Greenscaping is the creation of a garden that uses less water than traditional landscaping. You can do this by choosing plants that are drought tolerant and by using techniques that use water efficiently. Taking these steps will reduce your outdoor water use by creating a colorful, natural yard or garden that is easier and cheaper to maintain.
Seven Steps to a Water-Saving Garden
- Planning and Design - Consider soil and light conditions, drainage, which existing plants you plan to keep, maintenance level desired, plant and color preferences, and your budget.
- Soil Improvements - Mix compost or peat moss into the soil before planting to help the soil retain water. If your yard is sloped, reduce water run-off with terraces and retaining walls.
- Minimize Lawn Areas - Limit the amount of area devoted to grass. Plant ground covers or add hard surface areas like patios, decks, or walkways. When replanting lawn areas, use drought tolerant grass seed mixes.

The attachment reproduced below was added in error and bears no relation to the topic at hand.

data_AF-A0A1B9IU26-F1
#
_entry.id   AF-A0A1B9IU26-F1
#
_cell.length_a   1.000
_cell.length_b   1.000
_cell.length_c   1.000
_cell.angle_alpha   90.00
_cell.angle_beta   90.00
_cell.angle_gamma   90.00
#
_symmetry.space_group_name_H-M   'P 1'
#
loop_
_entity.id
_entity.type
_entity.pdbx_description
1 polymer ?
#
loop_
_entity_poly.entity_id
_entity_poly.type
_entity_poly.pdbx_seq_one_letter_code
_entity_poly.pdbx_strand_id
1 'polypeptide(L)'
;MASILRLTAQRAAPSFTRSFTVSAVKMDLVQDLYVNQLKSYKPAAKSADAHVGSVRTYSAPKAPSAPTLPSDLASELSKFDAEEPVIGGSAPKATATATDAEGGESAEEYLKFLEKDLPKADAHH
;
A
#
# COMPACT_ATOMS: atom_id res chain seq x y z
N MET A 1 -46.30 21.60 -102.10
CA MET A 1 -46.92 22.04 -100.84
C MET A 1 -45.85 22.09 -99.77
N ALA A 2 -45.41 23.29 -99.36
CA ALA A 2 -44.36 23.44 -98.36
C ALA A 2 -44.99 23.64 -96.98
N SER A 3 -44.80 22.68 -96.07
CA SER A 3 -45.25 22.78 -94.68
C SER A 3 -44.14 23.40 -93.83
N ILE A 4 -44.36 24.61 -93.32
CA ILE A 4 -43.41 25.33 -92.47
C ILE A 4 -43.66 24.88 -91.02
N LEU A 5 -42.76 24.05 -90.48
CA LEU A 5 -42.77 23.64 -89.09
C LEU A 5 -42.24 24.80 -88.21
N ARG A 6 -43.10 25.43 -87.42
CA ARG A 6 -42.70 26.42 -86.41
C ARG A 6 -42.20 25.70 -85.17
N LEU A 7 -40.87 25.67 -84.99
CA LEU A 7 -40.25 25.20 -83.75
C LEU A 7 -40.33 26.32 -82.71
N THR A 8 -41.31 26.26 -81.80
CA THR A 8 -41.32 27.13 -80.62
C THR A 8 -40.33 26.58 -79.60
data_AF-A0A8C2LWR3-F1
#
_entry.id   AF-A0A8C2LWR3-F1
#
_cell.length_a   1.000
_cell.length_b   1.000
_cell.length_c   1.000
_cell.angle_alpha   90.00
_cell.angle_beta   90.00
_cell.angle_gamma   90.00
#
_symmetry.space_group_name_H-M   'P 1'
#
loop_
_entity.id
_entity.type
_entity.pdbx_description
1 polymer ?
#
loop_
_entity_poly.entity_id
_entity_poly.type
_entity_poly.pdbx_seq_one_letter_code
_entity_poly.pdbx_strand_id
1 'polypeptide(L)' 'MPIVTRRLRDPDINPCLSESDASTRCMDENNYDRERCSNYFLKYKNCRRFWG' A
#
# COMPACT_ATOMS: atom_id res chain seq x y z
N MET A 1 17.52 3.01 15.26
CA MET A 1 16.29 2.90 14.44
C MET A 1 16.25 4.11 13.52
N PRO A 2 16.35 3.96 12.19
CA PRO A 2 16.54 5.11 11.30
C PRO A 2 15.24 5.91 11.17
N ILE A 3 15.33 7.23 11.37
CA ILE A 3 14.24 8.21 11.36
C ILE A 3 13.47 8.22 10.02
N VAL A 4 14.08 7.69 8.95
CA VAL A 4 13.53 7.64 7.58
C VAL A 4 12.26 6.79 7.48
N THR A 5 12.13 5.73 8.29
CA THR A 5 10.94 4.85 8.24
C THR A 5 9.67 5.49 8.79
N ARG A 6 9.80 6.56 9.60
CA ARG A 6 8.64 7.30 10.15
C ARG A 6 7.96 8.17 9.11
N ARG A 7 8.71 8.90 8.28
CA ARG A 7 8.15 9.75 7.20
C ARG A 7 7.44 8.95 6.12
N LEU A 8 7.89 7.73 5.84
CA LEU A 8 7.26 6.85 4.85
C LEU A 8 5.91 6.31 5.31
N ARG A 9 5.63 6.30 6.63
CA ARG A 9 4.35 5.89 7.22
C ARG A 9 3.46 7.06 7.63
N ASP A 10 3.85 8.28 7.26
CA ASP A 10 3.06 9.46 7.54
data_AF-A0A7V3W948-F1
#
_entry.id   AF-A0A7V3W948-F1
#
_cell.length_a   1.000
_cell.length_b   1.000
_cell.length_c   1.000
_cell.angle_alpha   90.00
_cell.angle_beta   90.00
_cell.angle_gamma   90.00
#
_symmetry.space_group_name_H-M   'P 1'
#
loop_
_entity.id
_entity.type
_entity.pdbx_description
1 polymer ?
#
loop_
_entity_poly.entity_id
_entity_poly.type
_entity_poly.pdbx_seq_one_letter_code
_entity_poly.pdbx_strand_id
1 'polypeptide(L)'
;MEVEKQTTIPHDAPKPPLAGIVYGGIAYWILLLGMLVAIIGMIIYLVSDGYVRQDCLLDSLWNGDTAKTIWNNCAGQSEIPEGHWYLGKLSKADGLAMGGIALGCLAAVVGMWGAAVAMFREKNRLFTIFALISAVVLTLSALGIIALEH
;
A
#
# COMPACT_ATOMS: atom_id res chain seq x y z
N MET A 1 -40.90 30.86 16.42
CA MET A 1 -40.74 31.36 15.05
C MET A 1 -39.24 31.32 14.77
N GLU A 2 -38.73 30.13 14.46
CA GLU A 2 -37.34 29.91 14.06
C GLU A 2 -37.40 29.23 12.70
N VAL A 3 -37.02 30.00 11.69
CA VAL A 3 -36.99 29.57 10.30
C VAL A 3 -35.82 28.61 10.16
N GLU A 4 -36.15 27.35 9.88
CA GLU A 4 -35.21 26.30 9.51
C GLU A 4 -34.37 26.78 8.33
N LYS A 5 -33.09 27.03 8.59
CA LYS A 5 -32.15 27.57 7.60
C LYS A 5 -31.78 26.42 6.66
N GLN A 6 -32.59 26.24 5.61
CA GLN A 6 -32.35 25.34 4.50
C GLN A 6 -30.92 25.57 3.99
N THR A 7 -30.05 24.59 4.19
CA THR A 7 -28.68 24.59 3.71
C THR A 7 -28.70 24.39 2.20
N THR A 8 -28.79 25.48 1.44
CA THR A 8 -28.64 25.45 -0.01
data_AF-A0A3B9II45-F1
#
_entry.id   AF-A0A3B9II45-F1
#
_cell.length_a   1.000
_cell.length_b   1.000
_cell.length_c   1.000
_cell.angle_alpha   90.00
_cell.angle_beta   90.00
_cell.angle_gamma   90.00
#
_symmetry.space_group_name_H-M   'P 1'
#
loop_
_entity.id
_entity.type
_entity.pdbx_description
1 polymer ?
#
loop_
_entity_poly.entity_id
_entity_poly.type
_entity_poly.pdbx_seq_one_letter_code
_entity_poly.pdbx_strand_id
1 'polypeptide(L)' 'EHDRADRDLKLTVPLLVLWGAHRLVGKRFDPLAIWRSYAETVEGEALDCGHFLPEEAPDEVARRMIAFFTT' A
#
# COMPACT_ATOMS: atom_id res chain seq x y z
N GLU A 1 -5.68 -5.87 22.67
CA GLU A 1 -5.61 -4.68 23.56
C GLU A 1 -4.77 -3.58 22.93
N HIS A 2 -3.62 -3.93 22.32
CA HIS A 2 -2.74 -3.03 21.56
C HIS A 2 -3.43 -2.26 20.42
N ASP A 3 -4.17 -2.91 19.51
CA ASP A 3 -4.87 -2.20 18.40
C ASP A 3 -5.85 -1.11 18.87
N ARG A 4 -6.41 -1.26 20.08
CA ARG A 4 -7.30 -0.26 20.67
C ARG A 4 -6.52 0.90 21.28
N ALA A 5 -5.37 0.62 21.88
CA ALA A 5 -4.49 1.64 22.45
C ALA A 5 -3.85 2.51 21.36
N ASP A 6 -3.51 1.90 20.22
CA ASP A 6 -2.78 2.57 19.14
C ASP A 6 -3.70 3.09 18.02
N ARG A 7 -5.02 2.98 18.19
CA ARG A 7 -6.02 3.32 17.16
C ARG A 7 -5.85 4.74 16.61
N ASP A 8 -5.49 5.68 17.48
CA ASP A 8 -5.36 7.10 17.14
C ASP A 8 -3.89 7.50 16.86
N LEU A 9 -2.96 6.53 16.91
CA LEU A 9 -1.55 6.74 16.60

- Plant Selection - Choose from among the many types of low water using trees, shrubs, flowers, and ground covers. Many need watering only in the first year after planting.
- Efficient Irrigation - Install drip or trickle irrigation systems for those areas that need watering. These systems use water efficiently and are available from garden centers.
- Effective Use of Mulches - Use mulches like pine needles, shredded bark, or leaves in a layer 3 inches deep. This keeps soil moist, smothers weeds, and prevents erosion.
- Regular Maintenance - Properly timed pruning, fertilizing, pest control, and weeding will preserve your landscape's beauty and water efficiency.